Totes, totes, totes!


Three cheers for our three Crosscut Market Tote Challengers, who committed to tackle new sewing skills on a deadline. Today we get to ooh and ahh over what the challengers created with their tote-making kits and hear about their experience. Are you ready?


The Process

All three challengers received a free Crosscut Market Tote Bag Kit, plus their choice of fabrics for the bag exterior and interior. Rachel Switzer @CapeCodShibori felt there were , “Lots of fun fabric choices. I've settled on Village Neutral for exterior fabric and Kelp Storm & Mist for the interior.”

Inside the kit they found a full-color copy of the Crosscut Market Tote pattern, rivets, magnetic snaps, leather handles and a Peltex bag bottom.

It was so convenient to have everything included in the kit. I didn’t have to worry about having the correct interfacing or enough of everything, it was all there! Even the application directions for each specific type of interfacing were cut and folded with the corresponding product, what attention to detail!
— Meredith

Everyone seems to agree that the directions were clear and easy to follow. After cutting it only took challenger Meredith Eaten @OasisSewingCompany a couple hours to assemble, so she feels it would be a great gift.


Their Challenges

Trying something new always holds a bit of mystery. Rachel Switzer had made one tote bag before, but with the help of a friend. Using fusible fleece and magnetic snaps was new to her, but the experience was surprisingly straightforward.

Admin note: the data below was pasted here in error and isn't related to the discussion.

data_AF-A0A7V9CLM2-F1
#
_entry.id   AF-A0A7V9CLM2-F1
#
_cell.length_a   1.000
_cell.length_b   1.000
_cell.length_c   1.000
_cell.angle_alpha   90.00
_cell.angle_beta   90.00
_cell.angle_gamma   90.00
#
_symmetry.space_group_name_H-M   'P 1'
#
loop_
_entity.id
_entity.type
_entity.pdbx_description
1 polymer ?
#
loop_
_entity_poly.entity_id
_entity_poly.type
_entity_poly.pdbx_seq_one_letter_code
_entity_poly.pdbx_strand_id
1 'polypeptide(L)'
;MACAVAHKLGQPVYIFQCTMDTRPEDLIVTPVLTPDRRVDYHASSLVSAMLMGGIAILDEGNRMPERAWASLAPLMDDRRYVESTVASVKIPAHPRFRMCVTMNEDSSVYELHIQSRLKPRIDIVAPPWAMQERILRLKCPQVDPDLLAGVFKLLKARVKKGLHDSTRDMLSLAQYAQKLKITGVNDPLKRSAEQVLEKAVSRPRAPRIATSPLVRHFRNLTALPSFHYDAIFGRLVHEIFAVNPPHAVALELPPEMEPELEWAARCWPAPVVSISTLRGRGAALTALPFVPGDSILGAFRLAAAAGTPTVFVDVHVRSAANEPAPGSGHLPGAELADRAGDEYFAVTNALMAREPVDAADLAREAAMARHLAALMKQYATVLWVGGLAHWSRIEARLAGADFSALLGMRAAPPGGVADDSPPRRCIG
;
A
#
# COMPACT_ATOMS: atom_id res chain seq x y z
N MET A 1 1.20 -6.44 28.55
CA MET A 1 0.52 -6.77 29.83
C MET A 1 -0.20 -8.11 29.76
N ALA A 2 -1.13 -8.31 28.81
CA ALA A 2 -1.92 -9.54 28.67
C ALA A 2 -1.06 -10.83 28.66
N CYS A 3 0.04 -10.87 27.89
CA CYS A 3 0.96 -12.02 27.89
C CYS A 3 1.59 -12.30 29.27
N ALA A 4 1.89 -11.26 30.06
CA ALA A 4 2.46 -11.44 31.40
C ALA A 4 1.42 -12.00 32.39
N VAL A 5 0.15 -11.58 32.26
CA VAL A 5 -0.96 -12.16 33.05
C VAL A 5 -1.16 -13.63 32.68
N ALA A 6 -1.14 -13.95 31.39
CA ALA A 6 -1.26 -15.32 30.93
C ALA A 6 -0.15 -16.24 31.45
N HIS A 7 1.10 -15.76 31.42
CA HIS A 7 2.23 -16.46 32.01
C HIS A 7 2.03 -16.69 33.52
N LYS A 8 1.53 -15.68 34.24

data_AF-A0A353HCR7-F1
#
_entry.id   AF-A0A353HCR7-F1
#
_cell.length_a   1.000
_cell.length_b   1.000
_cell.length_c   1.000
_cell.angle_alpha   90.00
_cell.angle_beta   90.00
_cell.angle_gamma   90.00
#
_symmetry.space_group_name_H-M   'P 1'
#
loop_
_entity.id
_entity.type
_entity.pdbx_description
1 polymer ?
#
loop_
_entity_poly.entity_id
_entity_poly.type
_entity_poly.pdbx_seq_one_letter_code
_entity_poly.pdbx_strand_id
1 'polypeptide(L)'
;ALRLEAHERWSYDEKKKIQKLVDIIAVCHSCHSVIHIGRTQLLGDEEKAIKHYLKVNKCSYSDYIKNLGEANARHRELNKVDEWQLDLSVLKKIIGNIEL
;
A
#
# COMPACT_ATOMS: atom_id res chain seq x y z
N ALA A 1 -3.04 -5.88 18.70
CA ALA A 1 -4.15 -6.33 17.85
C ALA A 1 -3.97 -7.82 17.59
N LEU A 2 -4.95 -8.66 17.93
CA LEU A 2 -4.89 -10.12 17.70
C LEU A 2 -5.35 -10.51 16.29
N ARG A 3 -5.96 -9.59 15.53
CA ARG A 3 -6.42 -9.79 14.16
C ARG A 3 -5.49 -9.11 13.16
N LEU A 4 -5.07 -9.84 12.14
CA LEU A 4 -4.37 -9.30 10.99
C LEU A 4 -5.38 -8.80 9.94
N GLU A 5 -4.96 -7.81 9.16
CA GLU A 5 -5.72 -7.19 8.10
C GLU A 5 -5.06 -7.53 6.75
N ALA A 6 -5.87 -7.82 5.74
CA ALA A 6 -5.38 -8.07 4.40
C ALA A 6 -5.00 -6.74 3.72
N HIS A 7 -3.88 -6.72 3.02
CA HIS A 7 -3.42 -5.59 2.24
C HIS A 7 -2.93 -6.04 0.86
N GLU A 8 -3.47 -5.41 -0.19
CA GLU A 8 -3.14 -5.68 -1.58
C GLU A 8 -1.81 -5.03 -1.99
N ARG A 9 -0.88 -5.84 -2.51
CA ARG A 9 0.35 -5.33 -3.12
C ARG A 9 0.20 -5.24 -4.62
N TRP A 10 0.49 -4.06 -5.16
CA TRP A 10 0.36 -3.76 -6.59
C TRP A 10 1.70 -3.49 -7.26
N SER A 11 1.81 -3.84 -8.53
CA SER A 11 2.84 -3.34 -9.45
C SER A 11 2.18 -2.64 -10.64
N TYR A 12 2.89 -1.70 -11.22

The Crosscut Market Tote has genuine leather handles that are attached to the bag with rivets. You can purchase a special rivet-setting tool, but lots of people just use a rubber mallet. Unfortunately, Meredith didn’t have either.

I first tried my Kam Snap setting pliers, and this was not a good idea. This caused an unusual punching on the rivet. Even though the tool looks similar to other rivet tools, it is not the same! I then tried a regular hammer and layered scrap batting over the rivet and it worked beautifully! Thankfully, there was an extract rivet set included in the kit!
— Meredith

I’m so glad the kit includes an extra set of rivets. I’ve learned the hard way that any project which includes set snaps or rivets can go awry. If you have an extra set on hand, you can usually try again!

Challenger Laurie Matthews @DresdenLane says, “I will admit that I was intimidated to install the leather handles and rivets but that was probably the easiest part!”


The Verdict

All three challengers seemed to have enjoyed the experience and the bags they’ve made. I agree with Meredith who said that the leather handles really “elevate” the bag.

I enjoyed this project a lot!  It came together in an afternoon.  I learned a few new to me techniques in bag making.  I loved pairing the navy waxed canvas with the lighter colored Cotton and Steel canvas.  Pairing these fabrics surely increases the bag’s longevity because the very dark, sturdy waxed canvas won’t become noticeably dirty like the lighter canvas would have.  The combination of canvas fabrics, interfacing, and the leather handles helped to create a pretty sturdy and timeless looking bag.
— Laurie

If you’d like to make your own, you can pick up a Market Tote Bag kit, which includes some supplies and the printed pattern. Or, access the free pattern online courtesy of Crosscut Sewing Co. I agree that the finished bag would be a nice gift to give, but so would the kit itself! It seems so well designed that most sewing friends would have a good time with it, even if they haven’t any experience with three dimensional sewing.


As Rachel Switzer said, “It was surprisingly easy to make, and fun. I’m quite satisfied.” I can see why! Many thanks to Crosscut Sewing Co. for sponsoring this challenge and Stitched in Color.